As America moved into the 20th century, the banjo was now considered a classical instrument on par with violins. In the exhibit here, you can see the improved instruments being produced by manufacturers like Fairbanks, Cole, steward, and others.
With the rise of the Jazz age, the banjo came into it s own. The Banjo Museum has more than 300 jazz age banjos: the most in any one collection in the world. These banjos not only became more refined they were more beautiful.
Les Paul was one of the musicians who modified banjo to fit their tasted. Les Paul, although better known for his guitar work, played a banjo under his hillbilly pseudonym, Rhubarb Red. One of his banjos, a Gibson PB 250 that he modified with an electric amplification system, is on display.
Other display in this exhibit are a costume worn by Eddie Peabody, known as “King of the Banjo.” He developed a unique type of plectrum banjo called the Vegavox. A special exhibit is of a Gipson bass Banjo from 1929. It’s a one of a kind instrument.
On to modern days from Earl Scruggs who along with his partner, Lester Flatt, played the iconic theme song for The Beverly Hillbillies, to folk singers who played the instrument. There’s a Vega “Earl Scruggs” Model from 1964 and one owned by Dave Guard of the Kingston Trio.
There is an whole exhibit centered around the work of Jim Henson. One really unique banjo was played by Kermit the Frog. It was originally owned by British musician Martin Kershaw. It was the banjo Kershaw played for Queen Elizabeth and the Duke of Edinburgh, the Queen Mother, Prince Charles, Princess Anne and Princess Margaret. He later joined the studio band for The Muppet Show. While a guest on the Muppet Show, Julie Andrews started a tradition. She signed the head of the banjo, and the tradition continued. It wa eventually autographed by other Muppet guests including Roy Rogers, Gene Kelly, Johnny Cash, Diana Ross, Elton John, Peter Sellers and others.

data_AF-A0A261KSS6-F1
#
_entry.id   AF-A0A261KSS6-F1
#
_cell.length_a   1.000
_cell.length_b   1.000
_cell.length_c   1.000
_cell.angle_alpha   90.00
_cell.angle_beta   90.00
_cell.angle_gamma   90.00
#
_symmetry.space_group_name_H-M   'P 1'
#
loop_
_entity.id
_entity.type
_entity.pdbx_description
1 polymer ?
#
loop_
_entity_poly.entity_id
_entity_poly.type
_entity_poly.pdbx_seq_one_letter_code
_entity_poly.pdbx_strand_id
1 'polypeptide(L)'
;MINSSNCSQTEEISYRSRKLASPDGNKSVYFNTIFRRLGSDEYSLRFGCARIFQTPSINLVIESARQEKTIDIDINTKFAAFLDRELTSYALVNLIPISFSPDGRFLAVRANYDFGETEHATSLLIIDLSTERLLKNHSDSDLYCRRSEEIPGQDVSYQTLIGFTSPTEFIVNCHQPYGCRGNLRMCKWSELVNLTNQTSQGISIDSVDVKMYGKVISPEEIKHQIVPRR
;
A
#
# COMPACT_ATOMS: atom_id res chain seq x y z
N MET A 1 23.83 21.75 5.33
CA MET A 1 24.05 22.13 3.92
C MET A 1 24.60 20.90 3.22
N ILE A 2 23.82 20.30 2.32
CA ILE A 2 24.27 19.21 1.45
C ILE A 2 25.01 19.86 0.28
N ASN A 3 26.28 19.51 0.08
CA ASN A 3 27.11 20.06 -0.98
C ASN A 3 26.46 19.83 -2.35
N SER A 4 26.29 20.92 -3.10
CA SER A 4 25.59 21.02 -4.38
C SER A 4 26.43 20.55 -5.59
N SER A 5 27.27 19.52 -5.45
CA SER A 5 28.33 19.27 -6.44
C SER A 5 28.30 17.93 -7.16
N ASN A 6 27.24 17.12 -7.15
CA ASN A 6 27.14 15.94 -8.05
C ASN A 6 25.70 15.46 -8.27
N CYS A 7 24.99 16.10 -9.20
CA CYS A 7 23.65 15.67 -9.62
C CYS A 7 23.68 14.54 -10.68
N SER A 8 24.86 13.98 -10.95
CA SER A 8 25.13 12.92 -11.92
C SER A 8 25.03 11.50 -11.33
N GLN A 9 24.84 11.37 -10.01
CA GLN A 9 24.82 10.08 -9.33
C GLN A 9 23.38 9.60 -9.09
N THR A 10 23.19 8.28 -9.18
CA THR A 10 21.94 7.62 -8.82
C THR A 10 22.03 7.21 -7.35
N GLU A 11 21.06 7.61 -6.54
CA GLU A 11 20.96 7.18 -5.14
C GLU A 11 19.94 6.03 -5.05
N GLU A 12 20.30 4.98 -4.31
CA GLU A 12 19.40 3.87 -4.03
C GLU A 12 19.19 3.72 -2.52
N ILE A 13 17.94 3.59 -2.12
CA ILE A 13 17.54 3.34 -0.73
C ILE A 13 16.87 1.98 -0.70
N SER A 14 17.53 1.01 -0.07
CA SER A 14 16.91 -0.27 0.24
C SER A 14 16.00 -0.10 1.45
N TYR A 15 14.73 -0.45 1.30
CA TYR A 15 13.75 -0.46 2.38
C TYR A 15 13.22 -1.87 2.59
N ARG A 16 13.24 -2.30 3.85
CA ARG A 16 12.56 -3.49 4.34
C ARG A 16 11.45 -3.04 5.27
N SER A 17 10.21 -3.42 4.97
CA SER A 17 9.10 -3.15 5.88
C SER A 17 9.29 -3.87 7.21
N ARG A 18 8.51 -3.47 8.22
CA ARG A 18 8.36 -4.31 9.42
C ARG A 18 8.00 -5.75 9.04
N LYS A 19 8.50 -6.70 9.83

The museum also has a event center looking like it is straight out of the 1960s called “Your Father’s Mustache.” There’s also an interactive Learning Lounge with touch screen displays where you can learn to play the banjo. Music lover or not, this museum is calling to you
Oklahoma City Rattlesnake Museum
If you want a cross of weird and nature, you can find it at the Oklahoma City Rattlesnake Museum. It’s not fancy but it is interesting if you want to learn about reptiles. This museum has many different kinds of snakes. Not just rattlers but cobras and the biggest python I ever saw.
There are the usual snakes you would find in Oklahoma woods like the diamondback rattler. Then there are the ones you won’t find in Oklahoma. One of the more unusual ones is a West African Gabon Viper. It’s only found in Sub Saharan Africa and had the largest fangs of any snake, about two inches. It has second highest venom yield of any snake next to the Malaysian King Cobra. You definitely don’t want to reach into his cage.
There are some other animals here besides snakes like lizards and a giant tortoise. Another interesting creature is called the Goliath bird-eating spider. They are members of the tarantula family and the largest spider in the world. In spite of its name, it rarely eats birds.
This is s donations only museum but remember the snakes, and their owners, need to eat so be generous. It’s not a place for the squeamish but very interesting.
Oklahoma City is a place to put on your bucket list.